Generate a list of cells, sorted with the cells with the lowest number of possibilities first. Staring from the top, just make a guess, pushing the current status to a stack before inserting each guess. Apply the effects of each guess the same way you applied items from the KVQ. If a guess leads to an impossible situation (no possibilities remain for any single cell) then pop the previous state back off the stack, remove the failed guess from the cell's possibilities and try the next guess.  Otherwise resort the remaining cells and make the next easiest guess.

That's a rather high-level explanation, but with a good foundation in dynamic data structures it could be implemented without too much difficulty.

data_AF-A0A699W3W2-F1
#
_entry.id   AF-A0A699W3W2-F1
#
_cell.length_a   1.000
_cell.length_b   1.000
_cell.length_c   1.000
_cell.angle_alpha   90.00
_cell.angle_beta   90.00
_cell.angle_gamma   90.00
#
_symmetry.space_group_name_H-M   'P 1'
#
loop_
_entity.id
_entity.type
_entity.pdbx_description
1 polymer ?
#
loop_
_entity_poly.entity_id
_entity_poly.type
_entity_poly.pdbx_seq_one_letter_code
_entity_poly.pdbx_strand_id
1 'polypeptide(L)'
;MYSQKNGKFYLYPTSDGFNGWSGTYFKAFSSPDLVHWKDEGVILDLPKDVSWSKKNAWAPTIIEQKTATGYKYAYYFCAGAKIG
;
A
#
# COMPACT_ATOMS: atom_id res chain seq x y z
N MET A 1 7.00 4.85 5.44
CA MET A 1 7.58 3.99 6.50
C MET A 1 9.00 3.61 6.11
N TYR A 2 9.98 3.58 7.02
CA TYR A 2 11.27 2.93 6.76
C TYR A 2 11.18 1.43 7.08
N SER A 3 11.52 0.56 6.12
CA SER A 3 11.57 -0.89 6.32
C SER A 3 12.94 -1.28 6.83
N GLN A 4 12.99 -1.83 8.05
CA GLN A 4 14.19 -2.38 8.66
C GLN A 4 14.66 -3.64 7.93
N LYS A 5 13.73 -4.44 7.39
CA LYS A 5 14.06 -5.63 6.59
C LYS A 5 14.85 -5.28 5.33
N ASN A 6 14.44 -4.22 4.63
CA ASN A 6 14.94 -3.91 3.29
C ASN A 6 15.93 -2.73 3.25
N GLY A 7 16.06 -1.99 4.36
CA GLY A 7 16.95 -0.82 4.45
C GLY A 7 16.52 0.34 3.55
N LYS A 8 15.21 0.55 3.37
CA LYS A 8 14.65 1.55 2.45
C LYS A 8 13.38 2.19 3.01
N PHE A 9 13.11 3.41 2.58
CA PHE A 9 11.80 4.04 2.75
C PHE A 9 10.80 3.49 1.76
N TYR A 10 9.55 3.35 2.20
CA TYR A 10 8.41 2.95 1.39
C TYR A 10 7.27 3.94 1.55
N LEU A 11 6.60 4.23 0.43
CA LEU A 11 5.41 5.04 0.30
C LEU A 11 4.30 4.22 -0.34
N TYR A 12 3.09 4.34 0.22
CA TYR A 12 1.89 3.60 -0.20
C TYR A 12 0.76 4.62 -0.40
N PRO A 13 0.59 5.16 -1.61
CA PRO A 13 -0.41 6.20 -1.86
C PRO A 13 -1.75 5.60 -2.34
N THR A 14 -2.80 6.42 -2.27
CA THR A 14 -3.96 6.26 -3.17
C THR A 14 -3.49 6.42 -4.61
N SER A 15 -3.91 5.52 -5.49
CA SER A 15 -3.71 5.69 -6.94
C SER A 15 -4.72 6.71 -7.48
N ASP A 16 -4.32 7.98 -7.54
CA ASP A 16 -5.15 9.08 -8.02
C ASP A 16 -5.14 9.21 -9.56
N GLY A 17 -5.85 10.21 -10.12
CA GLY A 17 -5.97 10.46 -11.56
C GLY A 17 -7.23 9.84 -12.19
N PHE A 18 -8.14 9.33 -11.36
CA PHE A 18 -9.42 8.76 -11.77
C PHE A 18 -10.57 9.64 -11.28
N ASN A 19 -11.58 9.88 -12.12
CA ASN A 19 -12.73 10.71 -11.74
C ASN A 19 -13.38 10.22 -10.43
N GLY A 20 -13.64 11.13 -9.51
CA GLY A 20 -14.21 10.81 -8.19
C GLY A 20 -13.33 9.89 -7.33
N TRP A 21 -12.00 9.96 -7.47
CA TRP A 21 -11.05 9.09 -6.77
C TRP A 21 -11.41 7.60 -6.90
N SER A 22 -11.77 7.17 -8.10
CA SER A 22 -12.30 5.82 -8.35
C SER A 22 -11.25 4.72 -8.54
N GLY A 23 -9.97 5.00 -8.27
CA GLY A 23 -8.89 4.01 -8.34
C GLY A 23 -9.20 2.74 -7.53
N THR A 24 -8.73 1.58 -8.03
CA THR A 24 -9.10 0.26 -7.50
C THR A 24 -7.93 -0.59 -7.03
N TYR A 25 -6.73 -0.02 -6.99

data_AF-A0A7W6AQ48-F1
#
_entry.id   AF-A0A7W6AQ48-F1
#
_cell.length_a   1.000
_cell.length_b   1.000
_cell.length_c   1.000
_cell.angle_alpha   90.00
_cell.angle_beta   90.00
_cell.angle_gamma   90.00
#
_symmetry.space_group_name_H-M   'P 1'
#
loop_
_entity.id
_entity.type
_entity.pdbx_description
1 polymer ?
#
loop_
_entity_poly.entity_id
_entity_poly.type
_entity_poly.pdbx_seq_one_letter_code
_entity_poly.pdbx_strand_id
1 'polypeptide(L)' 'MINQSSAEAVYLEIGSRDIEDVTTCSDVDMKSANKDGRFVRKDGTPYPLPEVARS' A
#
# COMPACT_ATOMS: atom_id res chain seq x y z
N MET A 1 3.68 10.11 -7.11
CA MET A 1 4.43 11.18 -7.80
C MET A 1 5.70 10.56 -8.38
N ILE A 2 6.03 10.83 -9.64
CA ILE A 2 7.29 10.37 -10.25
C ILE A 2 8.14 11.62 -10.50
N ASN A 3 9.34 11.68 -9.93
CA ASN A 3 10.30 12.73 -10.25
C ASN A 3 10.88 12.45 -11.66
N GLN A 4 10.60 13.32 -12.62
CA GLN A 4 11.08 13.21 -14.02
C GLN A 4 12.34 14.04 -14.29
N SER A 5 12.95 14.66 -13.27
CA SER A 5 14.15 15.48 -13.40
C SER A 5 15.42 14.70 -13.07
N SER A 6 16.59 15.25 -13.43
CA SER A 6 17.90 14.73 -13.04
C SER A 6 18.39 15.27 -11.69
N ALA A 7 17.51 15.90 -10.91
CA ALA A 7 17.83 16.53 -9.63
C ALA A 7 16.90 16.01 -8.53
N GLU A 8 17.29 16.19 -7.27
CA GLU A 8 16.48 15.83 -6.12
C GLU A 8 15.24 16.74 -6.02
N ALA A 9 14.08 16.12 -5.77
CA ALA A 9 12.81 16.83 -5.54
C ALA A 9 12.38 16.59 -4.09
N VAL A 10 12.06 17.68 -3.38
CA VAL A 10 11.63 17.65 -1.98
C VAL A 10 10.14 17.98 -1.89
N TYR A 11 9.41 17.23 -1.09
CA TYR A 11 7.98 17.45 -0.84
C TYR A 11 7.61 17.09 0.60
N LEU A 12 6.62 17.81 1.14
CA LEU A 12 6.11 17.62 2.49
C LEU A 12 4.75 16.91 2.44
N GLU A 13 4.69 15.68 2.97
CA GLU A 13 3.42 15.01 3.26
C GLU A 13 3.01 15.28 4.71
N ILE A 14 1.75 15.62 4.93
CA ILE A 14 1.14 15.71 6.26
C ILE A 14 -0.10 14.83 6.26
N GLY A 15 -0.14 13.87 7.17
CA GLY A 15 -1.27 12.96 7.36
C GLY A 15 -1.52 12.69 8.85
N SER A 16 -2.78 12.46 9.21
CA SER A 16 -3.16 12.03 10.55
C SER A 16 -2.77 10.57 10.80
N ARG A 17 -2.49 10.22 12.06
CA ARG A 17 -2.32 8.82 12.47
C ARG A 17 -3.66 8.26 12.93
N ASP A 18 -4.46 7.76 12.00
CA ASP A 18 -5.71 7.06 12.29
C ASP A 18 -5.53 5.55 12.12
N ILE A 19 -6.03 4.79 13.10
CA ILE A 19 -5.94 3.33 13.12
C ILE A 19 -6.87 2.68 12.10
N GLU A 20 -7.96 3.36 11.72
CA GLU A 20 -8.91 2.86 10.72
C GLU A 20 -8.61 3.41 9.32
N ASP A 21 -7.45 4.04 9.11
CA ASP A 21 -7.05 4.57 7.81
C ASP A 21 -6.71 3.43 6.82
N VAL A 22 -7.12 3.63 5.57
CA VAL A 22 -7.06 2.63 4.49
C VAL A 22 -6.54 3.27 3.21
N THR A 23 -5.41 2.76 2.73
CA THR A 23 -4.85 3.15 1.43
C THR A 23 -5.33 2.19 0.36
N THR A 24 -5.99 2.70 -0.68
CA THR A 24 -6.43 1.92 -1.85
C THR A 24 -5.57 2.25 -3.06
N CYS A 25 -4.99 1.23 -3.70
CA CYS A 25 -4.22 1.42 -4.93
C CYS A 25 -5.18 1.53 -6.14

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Re: Rubiks cube solving robot
« Reply #4 on: October 18, 2006, 09:39:15 AM »
The sudoku robot must also have red eyes and steam that comes out of its ears when it solves the problem.  :P

Its all about the cool-ness factor!

Offline Gopher

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Re: Rubiks cube solving robot
« Reply #5 on: October 18, 2006, 01:04:47 PM »
:D

I left the whole robot part for others to solve; my software'll give you a list of the right values for each square, but making a bot that can read, write, and smoke is a whole different matter.

One of my metrics for quantifying where we are in robotics is what I call the "Bender Test." When we can build an autonomous humanoid robot, fueled by alcohol, which can survive indefinately by committing petty thefts, pawning the loot,  and begging to keep itself in "fuel,"  we'll be able to make a robot do anything. We've got a ways to go, but I have faith that we'll get there.  ;D